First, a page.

Another cause of pain in the foot area, which can also occur as a result of exercise, is Achilles tendon tear (Achilles tendon rupture). Men between the ages of 30 and 50 are particularly affected by this injury. Characteristic of an Achilles tendon tear is a loud sound like a whip crack when the tendon tears. In addition, acute, stabbing pain occurs, which is accompanied by a bloodshot swelling in the area of ​​the heel. Affected people are no longer able to tiptoe. Treatment is either conservative by immobilizing the foot or by surgery, in which the torn tendon parts are reunited. Depending on the type of Achilles tendon tear, heel bone fixation or reinforcement by neighboring tendons may be necessary. After an operation, the foot is immobilized for several weeks.

The muscles in the area of ​​the foot can also cause discomfort. These range from slight muscle strains and tensions to muscle bruises to muscle fiber tears and muscle tears. Those affected often suffer from severe pain. Muscle injuries mostly occur as a result of sporting activity. In the case of minor injuries, a time of protecting the foot is sufficient for healing. If it is a muscle fiber tear or a muscle tear, an operation can be useful.

Foot pain due to fractures such as one Metatarsal fracture or one Ankle fracture are very painful and are accompanied by severe swelling, discoloration of the skin and significant movement restrictions up to the complete loss of functionality. The fracture can also result in a visible misalignment of the foot. If a broken bone is suspected, a doctor should be consulted immediately. Depending on the type of fracture, the treatment can be conservative by immobilizing the foot or a surgical procedure in which the fracture is straightened and the bone is stabilized with screws, nails or plates, for example.

Symptoms of inflammation

Pain in the foot resulting from inflammation can have different causes. One possible trigger for an inflammatory disease of the foot can be rheumatism (rheumatoid arthritis). The immune system fights and destroys the body's own tissue, causing inflammation in the joints. In rheumatism, the painful inflammation usually occurs on both sides, i.e. on both ankles typically with swelling and overheating. However, the carpal and finger base joints are affected more often than the ankles.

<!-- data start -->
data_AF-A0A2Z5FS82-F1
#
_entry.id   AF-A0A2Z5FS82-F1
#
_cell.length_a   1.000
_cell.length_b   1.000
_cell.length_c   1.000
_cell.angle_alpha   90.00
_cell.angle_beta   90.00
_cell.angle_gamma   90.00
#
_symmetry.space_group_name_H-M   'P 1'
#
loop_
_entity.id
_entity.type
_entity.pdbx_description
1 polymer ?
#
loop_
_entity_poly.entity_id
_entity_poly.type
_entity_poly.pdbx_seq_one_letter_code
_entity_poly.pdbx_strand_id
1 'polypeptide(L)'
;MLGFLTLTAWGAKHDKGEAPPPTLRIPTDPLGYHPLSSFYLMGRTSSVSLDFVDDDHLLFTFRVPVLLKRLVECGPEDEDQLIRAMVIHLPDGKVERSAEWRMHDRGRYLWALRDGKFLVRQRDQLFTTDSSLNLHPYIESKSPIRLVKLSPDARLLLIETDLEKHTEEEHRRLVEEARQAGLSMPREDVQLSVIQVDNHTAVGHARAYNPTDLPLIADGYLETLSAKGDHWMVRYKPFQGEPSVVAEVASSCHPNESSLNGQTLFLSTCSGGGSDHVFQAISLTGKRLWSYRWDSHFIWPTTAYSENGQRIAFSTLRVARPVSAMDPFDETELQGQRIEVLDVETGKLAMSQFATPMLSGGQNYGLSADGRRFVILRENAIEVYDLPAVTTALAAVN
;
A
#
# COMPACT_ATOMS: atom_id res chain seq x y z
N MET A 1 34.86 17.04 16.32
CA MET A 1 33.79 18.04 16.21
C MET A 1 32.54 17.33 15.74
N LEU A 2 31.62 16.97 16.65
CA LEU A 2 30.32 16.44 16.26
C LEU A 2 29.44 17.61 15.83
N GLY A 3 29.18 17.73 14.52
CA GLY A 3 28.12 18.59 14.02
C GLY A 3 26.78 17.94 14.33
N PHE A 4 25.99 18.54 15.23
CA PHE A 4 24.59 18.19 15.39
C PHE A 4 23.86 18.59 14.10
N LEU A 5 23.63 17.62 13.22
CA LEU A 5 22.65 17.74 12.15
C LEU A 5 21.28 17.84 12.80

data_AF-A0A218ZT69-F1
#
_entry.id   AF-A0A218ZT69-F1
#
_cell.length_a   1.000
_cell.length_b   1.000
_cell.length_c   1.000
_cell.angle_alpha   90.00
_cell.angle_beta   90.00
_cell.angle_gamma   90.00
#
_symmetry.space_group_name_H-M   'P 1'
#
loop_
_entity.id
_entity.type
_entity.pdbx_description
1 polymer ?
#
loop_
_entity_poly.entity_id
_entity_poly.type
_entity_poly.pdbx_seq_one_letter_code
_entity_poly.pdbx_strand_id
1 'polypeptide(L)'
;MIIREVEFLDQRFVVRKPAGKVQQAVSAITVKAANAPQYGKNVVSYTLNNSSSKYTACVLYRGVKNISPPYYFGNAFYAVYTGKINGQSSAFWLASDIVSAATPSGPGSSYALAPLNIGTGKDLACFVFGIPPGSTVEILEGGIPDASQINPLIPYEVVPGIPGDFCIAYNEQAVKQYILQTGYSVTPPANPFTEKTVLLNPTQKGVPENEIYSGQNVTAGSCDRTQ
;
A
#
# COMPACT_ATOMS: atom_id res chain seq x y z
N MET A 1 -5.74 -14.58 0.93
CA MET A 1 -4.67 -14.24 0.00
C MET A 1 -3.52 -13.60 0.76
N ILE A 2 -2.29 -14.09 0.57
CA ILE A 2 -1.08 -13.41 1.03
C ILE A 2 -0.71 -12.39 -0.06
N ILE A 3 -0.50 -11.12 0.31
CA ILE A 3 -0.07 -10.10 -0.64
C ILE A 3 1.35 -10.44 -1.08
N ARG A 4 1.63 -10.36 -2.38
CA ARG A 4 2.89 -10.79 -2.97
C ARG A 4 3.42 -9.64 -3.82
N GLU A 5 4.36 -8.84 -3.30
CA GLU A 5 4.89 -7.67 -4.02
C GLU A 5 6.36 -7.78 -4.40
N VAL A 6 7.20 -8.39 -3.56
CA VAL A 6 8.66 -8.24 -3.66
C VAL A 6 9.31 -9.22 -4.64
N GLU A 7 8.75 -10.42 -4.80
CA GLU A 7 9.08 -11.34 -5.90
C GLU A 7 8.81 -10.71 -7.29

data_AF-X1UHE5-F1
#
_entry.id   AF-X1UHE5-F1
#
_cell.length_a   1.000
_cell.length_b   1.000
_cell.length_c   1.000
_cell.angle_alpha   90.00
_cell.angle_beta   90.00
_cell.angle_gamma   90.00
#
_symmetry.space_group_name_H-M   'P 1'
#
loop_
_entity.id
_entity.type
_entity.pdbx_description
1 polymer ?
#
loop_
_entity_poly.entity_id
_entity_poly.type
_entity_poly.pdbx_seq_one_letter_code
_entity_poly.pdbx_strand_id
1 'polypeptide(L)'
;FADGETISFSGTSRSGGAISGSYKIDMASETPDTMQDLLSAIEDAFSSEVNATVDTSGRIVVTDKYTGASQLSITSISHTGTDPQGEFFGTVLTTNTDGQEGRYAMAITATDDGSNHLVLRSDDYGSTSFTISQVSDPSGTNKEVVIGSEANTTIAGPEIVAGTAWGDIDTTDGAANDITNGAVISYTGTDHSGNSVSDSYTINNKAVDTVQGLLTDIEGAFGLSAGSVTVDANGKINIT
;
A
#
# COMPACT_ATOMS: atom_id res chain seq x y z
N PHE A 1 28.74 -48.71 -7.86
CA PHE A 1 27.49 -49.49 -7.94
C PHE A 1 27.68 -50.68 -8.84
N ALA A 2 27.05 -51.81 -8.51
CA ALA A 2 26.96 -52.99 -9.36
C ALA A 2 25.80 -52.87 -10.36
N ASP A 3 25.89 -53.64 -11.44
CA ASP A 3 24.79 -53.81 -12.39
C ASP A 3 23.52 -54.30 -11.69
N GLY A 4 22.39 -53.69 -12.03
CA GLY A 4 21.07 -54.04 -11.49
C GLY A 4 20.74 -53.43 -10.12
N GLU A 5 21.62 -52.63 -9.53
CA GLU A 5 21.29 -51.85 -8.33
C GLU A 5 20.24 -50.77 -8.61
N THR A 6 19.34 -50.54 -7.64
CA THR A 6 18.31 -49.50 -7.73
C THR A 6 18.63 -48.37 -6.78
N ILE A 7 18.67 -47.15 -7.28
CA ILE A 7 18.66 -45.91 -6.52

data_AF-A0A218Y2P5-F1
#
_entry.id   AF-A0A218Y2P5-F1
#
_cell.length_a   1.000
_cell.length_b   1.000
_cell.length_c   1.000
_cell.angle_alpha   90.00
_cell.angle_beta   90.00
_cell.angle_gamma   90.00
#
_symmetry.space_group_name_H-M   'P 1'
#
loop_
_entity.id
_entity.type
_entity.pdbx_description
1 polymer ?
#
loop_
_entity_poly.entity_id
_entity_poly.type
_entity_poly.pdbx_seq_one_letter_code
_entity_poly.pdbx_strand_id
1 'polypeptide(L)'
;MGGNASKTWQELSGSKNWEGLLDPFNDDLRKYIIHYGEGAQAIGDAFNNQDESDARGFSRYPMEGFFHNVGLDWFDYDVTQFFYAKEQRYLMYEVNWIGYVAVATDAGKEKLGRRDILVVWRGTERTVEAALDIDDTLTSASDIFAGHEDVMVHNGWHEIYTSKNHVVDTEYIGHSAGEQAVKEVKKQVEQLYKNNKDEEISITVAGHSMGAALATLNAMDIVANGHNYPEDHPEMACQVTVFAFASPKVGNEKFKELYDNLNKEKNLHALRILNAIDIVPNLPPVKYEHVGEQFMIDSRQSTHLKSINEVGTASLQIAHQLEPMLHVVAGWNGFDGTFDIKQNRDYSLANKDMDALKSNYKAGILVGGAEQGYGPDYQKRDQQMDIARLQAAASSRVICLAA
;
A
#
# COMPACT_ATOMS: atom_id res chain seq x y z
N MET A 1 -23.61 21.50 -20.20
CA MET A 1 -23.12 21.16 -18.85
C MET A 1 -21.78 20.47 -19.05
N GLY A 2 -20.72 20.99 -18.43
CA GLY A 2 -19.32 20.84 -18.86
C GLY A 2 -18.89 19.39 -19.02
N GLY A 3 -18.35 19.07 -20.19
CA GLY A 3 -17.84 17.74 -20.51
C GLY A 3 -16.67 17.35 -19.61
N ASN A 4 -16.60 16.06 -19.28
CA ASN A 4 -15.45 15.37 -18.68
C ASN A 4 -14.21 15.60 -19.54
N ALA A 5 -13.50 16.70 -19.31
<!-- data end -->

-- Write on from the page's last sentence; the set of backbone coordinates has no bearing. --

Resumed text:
A arthritis (Inflammation of the joints) can also result from a metabolic disorder such as gout, in which uric acid crystals are deposited in the synovial fluid (“joint lubrication”) and trigger inflammatory reactions. The situation is similar with pseudogout, in which calcium pyrophosphate crystals are precipitated. Both diseases can lead to the destruction of the articular cartilage.

In addition, bacteria can cause inflammation that gets into the ankle or other areas of the foot. Bacterial infection can result from a contaminated wound or surgery. In the case of open bone fractures or operations on the bone, contamination with bacteria can occur Inflammation of the bones (Osteeitis or osteomyelitis, inflammation of the bone marrow). The treatment of such an inflammation can be very lengthy and is usually done by surgery. Less often, inflammation of the bones can also be caused by fungi or viruses.

In addition, inflammatory diseases in the foot can also be caused by Infections outside the foot area to be triggered. Yersinia, shigella, chlamydia or salmonella are possible pathogens.

The tissue that surrounds the tendon can become inflamed, mostly due to overloading, less often due to bacteria. Then tendonitis develops. The wrist of the so-called “mouse arm” is most often affected, which is usually caused by one-sided stress when working on the computer. However, tendonitis can also occur in the foot if the tendon is overused. As a rule, protection and / or temporary immobilization of the foot leads to healing. In chronic cases, surgery for pain relief can be useful.

Typical signs of inflammation in the foot are swelling, redness, overheating, pain and restricted movement. If the joint is affected, joint effusion can also occur.

Foot pain in deformed feet

Deformed feet can be congenital or acquired. In addition to foot pain, there are often other symptoms that can affect the legs, knees, hips and spine.

One of the malalignments acquired is the splayfoot (Pes transversoplanus), which mainly affects women. The symptoms usually only appear in the second half of life. Obesity, inappropriate shoes and rheumatic diseases are possible causes of spreading feet. The misalignment is due to a lowering of the arch of the foot due to spreading of the metatarsal heads, so that the forefoot widens. As a result, the main stress points change when standing and running from the outside to the inside, so that areas of the foot are loaded that are not designed for this. Squint forms over the second and third metatarsals, which can cause pain. Spreading feet often go hand in hand with further toe and foot misalignments such as hallux valgus or hammer toes.